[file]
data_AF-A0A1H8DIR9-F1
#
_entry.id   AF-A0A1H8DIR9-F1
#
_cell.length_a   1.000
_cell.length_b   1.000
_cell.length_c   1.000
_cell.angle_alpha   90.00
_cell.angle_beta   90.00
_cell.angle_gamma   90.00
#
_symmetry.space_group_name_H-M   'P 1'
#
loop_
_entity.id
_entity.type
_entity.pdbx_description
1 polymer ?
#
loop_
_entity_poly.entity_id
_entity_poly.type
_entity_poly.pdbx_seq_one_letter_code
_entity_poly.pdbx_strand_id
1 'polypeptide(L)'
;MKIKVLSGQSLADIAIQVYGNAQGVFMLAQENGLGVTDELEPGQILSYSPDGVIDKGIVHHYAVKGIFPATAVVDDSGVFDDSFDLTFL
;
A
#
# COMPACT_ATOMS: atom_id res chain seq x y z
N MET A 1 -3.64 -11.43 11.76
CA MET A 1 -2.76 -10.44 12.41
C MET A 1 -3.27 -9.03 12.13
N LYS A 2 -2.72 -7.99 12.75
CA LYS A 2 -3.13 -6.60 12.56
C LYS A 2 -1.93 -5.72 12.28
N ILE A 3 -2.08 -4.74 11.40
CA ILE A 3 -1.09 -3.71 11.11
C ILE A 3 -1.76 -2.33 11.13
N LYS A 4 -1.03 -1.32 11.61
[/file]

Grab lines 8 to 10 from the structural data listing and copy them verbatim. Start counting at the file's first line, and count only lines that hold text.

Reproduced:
_cell.angle_alpha   90.00
_cell.angle_beta   90.00
_cell.angle_gamma   90.00